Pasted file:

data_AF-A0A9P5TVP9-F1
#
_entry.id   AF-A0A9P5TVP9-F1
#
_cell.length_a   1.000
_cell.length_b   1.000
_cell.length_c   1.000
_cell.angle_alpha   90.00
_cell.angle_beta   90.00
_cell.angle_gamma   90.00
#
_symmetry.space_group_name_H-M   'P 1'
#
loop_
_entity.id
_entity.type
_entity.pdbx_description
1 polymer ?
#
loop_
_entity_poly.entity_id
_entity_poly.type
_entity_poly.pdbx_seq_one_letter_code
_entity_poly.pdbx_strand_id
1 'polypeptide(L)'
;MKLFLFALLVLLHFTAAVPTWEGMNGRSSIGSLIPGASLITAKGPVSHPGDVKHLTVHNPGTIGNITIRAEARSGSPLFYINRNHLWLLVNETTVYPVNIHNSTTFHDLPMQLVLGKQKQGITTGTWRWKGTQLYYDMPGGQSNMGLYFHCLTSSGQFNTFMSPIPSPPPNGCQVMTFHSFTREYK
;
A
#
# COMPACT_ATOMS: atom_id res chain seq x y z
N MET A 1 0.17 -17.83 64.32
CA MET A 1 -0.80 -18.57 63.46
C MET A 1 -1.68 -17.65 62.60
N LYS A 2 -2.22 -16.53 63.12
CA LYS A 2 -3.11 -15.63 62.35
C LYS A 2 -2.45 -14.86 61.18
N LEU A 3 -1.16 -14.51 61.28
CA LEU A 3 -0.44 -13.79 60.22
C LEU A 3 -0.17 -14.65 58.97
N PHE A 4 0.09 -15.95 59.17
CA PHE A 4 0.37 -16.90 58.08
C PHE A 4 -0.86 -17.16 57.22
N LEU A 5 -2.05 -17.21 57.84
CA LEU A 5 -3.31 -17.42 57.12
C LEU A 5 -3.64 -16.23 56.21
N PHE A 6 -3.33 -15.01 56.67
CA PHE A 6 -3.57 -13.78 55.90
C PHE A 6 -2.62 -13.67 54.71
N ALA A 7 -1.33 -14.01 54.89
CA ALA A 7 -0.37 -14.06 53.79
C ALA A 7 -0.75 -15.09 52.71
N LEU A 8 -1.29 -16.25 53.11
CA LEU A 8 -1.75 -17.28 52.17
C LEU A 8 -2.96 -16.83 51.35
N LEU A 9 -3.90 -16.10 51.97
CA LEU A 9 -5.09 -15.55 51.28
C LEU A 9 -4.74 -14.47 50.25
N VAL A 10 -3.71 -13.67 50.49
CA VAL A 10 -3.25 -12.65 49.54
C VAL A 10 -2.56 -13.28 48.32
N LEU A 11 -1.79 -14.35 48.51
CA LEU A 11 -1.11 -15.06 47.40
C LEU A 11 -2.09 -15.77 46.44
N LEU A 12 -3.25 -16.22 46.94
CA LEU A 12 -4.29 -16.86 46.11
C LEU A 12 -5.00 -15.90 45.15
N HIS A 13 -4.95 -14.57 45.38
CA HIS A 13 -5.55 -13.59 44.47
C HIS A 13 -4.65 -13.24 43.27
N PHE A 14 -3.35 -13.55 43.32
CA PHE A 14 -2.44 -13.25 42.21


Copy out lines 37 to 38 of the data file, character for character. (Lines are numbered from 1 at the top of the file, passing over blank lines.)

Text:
N LEU A 3 -1.16 -14.51 61.28
CA LEU A 3 -0.44 -13.79 60.22